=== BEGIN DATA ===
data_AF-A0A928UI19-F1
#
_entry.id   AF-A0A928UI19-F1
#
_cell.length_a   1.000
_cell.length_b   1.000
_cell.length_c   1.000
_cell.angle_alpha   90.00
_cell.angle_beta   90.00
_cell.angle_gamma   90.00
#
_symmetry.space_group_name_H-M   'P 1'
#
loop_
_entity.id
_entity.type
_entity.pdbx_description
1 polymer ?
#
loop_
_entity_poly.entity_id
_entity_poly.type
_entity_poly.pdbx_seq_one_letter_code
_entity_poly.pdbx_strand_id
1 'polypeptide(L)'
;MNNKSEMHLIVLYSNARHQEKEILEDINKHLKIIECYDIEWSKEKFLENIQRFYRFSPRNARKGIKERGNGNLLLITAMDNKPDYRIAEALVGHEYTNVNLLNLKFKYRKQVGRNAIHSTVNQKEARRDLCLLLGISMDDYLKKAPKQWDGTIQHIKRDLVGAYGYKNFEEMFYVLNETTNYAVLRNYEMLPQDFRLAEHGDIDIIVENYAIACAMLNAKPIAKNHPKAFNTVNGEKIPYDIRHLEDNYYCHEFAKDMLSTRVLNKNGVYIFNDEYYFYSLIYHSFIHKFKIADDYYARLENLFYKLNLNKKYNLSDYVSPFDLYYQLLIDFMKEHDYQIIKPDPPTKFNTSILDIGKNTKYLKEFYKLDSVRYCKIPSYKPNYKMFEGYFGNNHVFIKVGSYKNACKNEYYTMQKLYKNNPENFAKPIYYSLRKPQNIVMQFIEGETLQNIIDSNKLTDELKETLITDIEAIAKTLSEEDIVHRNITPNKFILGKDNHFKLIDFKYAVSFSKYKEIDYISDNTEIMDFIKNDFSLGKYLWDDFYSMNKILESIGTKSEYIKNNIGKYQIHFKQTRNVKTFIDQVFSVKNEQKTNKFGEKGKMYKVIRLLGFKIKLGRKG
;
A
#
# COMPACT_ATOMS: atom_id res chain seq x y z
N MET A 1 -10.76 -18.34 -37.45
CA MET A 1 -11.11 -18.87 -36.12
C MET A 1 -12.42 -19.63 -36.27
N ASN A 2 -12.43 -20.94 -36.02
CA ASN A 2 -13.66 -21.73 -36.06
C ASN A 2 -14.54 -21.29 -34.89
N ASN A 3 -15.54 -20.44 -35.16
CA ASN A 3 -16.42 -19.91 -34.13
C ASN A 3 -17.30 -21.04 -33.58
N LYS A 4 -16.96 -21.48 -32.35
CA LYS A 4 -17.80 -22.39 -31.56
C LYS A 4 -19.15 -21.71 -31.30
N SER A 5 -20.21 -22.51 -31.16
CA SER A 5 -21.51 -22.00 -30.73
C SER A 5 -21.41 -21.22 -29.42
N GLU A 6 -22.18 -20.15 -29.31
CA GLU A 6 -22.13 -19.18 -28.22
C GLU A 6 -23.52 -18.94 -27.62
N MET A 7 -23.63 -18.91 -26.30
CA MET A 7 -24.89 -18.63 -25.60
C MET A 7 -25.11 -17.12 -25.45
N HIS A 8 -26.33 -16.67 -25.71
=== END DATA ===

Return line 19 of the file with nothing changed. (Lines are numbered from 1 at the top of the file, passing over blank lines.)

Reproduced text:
#